Harvey used his phone to photograph the unidentified corpse, then forwarded the pictures to the office with a message asking Hamad Farsi to make a start on the identification process. He thanked the cop and began the walk back to the office. There wasn’t much more to gain from being at the scene, and he was keen to find out exactly what Willard had been up to on Friday. On the way, he stopped at a deli and picked up a sandwich for his lunch, knowing it was unlikely he’d be able to get out later.
When he arrived back at Thames House, he updated Veronica Ellis on developments.
‘Whoever did this was clearly trying to extract information,’ he said. ‘At least from the second man. They made a real mess of his body.’
Veronica Ellis pushed a few errant strands of platinum hair behind her ear and turned her computer screen so that Harvey could see the image she’d been looking at.
‘Is that him?’
‘It could be,’ Harvey said. He dug out his phone and compared the photo on Ellis’s monitor with the one he’d taken. ‘Yes, I’d say that was him. At least the physique’s the same. We’ll obviously need confirmation, though.’
‘For now, we go on that assumption. His name is Nikolai Sereyev, and he was a mid-level player in Alexi Bessonov’s organisation.’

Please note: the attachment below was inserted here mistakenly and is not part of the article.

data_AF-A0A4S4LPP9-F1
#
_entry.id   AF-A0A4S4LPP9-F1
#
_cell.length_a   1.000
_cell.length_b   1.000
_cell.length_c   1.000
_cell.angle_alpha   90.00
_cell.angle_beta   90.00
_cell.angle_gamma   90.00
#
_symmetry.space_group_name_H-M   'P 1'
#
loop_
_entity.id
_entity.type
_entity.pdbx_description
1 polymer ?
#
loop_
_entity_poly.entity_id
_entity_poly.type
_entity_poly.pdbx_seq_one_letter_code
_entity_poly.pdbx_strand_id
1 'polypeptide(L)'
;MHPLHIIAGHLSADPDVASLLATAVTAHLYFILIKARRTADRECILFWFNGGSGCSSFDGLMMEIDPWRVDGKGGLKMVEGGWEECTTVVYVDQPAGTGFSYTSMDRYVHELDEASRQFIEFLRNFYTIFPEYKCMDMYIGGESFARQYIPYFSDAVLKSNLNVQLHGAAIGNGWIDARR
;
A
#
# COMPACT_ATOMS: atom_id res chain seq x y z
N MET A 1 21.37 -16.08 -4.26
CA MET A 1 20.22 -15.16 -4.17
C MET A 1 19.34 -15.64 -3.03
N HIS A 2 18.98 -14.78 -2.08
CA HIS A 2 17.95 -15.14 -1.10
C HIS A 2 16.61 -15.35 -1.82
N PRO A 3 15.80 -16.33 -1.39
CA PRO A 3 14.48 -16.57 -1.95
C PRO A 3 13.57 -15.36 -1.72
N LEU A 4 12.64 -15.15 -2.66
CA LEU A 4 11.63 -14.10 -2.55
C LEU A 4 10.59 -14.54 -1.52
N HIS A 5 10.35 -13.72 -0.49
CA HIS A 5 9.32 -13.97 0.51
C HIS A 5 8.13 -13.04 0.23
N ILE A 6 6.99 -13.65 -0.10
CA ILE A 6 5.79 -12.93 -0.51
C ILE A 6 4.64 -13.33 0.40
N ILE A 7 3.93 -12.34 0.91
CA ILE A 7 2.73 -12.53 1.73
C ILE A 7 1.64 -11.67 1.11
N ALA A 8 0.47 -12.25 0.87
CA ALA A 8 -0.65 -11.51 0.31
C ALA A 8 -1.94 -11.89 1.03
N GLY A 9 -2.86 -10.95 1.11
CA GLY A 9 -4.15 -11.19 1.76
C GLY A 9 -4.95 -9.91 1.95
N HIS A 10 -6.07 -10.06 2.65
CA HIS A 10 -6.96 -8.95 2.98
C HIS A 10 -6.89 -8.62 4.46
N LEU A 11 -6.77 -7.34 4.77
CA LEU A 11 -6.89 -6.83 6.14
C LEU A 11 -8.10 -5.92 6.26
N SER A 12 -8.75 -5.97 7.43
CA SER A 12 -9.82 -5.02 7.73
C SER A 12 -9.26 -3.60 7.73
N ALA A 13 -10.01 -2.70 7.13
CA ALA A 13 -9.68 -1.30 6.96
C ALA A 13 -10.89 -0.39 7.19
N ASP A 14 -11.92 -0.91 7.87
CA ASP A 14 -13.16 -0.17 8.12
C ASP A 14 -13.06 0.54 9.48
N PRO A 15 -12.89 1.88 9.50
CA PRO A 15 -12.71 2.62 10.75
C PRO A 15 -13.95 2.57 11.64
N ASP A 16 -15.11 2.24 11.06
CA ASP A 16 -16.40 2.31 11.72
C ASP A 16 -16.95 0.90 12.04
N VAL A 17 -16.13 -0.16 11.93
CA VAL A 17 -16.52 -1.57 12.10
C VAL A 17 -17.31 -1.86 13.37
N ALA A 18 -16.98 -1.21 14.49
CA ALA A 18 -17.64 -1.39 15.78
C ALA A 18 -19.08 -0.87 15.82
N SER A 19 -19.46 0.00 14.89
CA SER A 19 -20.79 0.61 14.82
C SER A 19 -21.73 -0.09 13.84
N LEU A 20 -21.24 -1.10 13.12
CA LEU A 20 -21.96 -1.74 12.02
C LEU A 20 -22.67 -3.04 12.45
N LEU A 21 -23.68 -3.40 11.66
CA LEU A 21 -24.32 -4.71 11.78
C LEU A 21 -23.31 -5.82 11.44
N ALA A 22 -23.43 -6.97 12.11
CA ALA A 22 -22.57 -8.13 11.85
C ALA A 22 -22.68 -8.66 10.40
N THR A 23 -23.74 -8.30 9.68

‘I’ve heard of Bessonov,’ Harvey said. ‘Nasty piece of work.’
‘And then some. I’ve just been looking through his file, and it makes scary reading.’
‘Any particular reason he’s still walking the streets?’ Harvey asked.
Ellis stood and straightened her pencil skirt. ‘You’ll see the ins and outs for yourself when I send you the case details,’ she said. ‘For now, just know that he’s got friends in high places and he’s very careful about how he conducts his activities.’
‘You want me to work this?’ Harvey asked.
‘The Russia desk was already under-resourced, but with Willard gone, they’ll need your help. He was their only experienced field operative.’
‘No problem. I’m guessing this takes priority over everything else I’m working on.’
Ellis nodded. ‘The police have been told to keep Jason’s name out of the papers, but you know how these things tend to leak after a while. I’d like to have it wrapped up before that happens.’
Harvey promised to get on it, and by the time he returned to his desk, the case notes for Nikolai Sereyev were waiting for him. Before he could make a start, though, he knew he’d have to hand over his current assignment to his colleague.
He looked over his monitor at Farsi and gave him the bad news, apologising for adding to his workload. ‘I wish I could just leave it until I wrap this up, but it relates to a bomb threat.’